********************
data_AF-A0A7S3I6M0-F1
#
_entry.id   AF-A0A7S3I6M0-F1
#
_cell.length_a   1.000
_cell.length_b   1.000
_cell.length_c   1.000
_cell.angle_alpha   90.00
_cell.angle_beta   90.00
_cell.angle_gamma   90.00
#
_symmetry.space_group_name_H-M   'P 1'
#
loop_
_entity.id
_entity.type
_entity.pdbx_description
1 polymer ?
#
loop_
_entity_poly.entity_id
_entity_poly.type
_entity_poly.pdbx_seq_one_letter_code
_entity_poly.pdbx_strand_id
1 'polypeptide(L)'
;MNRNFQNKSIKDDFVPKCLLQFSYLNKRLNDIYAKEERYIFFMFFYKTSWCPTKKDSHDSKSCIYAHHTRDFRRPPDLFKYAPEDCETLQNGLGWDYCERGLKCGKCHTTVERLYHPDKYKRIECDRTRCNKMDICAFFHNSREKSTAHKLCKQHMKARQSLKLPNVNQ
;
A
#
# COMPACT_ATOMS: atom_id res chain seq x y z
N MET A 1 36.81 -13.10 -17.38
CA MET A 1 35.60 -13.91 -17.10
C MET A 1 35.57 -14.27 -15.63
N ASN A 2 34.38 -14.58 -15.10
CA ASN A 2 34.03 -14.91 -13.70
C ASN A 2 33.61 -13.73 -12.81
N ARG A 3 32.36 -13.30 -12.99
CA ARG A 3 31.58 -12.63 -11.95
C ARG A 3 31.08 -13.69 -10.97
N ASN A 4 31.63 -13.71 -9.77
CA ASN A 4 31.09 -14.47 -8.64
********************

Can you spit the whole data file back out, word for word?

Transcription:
data_AF-A0A7S3I6M0-F1
#
_entry.id   AF-A0A7S3I6M0-F1
#
_cell.length_a   1.000
_cell.length_b   1.000
_cell.length_c   1.000
_cell.angle_alpha   90.00
_cell.angle_beta   90.00
_cell.angle_gamma   90.00
#
_symmetry.space_group_name_H-M   'P 1'
#
loop_
_entity.id
_entity.type
_entity.pdbx_description
1 polymer ?
#
loop_
_entity_poly.entity_id
_entity_poly.type
_entity_poly.pdbx_seq_one_letter_code
_entity_poly.pdbx_strand_id
1 'polypeptide(L)'
;MNRNFQNKSIKDDFVPKCLLQFSYLNKRLNDIYAKEERYIFFMFFYKTSWCPTKKDSHDSKSCIYAHHTRDFRRPPDLFKYAPEDCETLQNGLGWDYCERGLKCGKCHTTVERLYHPDKYKRIECDRTRCNKMDICAFFHNSREKSTAHKLCKQHMKARQSLKLPNVNQ
;
A
#
# COMPACT_ATOMS: atom_id res chain seq x y z
N MET A 1 36.81 -13.10 -17.38
CA MET A 1 35.60 -13.91 -17.10
C MET A 1 35.57 -14.27 -15.63
N ASN A 2 34.38 -14.58 -15.10
CA ASN A 2 34.03 -14.91 -13.70
C ASN A 2 33.61 -13.73 -12.81
N ARG A 3 32.36 -13.30 -12.99
CA ARG A 3 31.58 -12.63 -11.95
C ARG A 3 31.08 -13.69 -10.97
N ASN A 4 31.63 -13.71 -9.77
CA ASN A 4 31.09 -14.47 -8.64